Like many columnists, I am an observer of life. I try to report it as I see it.
Of course, that is from the perspective formed by my life experiences, which color my perception.
I try to share the humor I have experienced. I try not to share too much of the negative things I see. But negative things are facts of life and need to be reported as well.
This column is about the humor that surrounds growing older.
My friend Pat Stonsby is a regular supplier of Internet humor. For example, Pat frequently sends me “Maxine” cartoons and related material.
I love Maxine. She frequently reflects my feelings about the attitudes of the “non-aged” toward us oldsters.
With good intentions, many folks look down on us as if we are “spent” and have nothing left to offer. Everyone else knows better what is good for us.
I have personally experienced folks with that attitude. The tendency is to look at us only for the things we can no longer do well; when we are far superior to young folks on the things we still can do. They do not appear to be interested in learning from us.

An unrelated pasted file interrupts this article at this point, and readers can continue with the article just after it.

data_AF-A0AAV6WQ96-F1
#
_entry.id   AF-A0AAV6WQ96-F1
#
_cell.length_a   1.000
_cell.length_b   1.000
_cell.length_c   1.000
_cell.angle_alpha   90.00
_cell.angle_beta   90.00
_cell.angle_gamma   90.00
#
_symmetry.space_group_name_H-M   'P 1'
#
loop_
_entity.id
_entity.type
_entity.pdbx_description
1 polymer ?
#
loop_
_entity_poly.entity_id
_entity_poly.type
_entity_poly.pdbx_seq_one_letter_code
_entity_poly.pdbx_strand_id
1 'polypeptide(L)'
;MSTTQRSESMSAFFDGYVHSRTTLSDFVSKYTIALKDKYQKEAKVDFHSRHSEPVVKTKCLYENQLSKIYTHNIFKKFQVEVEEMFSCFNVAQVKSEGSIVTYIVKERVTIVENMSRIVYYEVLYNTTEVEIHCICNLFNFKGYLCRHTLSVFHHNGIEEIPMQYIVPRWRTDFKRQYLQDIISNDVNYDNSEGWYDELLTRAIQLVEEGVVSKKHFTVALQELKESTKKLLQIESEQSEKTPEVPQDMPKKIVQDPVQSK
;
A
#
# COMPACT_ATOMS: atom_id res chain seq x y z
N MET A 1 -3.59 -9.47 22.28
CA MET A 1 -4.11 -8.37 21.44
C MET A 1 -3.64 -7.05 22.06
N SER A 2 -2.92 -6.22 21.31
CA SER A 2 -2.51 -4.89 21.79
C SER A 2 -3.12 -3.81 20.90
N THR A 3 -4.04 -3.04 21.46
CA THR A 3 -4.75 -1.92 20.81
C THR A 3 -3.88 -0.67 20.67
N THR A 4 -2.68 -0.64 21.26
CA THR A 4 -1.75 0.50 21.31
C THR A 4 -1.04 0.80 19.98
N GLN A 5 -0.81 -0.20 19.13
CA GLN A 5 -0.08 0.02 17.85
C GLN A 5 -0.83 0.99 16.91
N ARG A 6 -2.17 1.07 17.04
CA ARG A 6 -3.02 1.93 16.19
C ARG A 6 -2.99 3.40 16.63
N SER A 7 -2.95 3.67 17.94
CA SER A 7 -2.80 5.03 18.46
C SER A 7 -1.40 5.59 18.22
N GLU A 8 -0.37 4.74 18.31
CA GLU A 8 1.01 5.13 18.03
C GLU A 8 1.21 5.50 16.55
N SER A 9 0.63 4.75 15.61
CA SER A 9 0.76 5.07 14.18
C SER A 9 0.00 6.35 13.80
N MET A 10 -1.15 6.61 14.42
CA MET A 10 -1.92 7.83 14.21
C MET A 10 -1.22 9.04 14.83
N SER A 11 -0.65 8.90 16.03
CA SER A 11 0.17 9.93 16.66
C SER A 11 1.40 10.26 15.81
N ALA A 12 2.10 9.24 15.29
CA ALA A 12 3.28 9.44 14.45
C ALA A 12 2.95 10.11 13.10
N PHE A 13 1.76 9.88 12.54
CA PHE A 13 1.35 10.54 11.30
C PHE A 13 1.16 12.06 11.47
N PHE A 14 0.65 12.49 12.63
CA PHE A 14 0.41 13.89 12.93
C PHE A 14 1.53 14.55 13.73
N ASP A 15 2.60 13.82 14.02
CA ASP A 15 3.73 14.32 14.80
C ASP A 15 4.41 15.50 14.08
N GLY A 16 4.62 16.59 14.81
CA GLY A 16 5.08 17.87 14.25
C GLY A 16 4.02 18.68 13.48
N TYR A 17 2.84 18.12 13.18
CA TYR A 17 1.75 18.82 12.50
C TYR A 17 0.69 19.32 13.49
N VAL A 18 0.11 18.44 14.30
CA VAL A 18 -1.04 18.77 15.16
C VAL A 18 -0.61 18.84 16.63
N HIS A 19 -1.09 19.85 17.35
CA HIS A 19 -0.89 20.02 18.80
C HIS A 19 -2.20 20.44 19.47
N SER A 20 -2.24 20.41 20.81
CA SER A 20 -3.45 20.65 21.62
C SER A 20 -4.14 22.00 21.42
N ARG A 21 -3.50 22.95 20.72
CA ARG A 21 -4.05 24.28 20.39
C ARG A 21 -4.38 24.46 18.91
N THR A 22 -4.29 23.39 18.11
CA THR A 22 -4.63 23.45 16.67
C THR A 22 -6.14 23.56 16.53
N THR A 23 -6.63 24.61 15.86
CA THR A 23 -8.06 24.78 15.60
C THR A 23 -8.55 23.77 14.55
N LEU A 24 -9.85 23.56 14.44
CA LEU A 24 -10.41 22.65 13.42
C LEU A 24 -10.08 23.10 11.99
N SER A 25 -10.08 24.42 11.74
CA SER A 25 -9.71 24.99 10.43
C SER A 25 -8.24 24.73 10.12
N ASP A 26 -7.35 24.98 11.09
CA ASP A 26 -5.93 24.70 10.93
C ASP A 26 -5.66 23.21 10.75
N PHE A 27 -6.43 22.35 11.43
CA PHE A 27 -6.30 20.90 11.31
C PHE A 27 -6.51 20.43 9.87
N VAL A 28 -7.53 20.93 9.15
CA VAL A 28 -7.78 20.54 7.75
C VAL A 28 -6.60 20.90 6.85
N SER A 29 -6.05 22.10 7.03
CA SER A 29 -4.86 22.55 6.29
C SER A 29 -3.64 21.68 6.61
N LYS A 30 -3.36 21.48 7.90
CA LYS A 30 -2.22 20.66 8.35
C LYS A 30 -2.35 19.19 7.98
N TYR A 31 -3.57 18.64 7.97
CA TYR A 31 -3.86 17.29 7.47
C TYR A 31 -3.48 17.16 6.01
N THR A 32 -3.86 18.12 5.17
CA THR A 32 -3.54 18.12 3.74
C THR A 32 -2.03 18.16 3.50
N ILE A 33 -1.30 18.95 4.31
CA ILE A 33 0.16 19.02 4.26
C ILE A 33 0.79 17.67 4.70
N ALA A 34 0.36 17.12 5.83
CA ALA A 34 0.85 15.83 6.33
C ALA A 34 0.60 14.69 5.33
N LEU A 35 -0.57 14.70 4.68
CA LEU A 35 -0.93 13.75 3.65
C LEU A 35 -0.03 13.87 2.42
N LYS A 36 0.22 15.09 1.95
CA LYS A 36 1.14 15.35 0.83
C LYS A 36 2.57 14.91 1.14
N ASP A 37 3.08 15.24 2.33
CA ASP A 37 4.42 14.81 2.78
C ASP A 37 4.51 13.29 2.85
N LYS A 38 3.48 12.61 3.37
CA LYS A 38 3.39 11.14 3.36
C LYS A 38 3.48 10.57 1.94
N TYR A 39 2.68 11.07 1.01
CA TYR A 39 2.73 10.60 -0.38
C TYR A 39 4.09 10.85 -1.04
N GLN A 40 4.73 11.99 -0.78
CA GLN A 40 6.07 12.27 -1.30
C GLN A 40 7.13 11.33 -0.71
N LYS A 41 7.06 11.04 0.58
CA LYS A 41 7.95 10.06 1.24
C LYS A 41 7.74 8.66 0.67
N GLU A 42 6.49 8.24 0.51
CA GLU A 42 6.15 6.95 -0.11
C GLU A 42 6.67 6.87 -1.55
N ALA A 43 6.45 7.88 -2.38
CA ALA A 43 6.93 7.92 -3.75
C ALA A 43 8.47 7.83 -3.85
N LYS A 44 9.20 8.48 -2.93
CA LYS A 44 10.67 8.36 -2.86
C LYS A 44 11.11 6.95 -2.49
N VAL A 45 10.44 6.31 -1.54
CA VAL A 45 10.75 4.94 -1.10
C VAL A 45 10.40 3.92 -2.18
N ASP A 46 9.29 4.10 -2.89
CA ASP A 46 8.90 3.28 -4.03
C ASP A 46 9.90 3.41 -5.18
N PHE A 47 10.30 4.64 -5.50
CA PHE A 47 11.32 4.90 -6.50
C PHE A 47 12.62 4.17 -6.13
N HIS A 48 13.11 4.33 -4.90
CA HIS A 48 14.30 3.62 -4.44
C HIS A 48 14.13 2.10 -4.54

Maxine tells it the way it is. She represents the “growing older” group with realism. In a recent email, Pat sent me a rather long statement from Maxine. It is called “Health Message from Maxine.” If you are an aged person, you will probably find it hilarious.
You can discover why she believes it is better to live the “Tortoise Life” than take all the exercise advice young folks heap on us.
Here are a few thoughts from Maxine:
• “God grant me the senility to forget the people I never liked and the good fortune to run into the ones I do, and the eyesight to tell the difference.”
• “Now that I’m older, here’s what I discovered. I started out with nothing and still have most of it.”
• “I finally got my head together and my body is falling apart.”
• “Some days you’re the dog and some days you’re the hydrant.”
• “I wish the buck stopped here. I could use a few.”
There are many more senior thoughts you will laugh at. Google “Health Message from Maxine” and click on the Sodahead version.
I guarantee you’ll love it. If you are like me, you will see a lot of yourself in what Maxine has to say. That’s what makes it so funny.
Let me know what you think. I am always interested in humorous senior experiences. Send them to me.
Murray Bass can be reached at 427-0744 or firstname.lastname@example.org.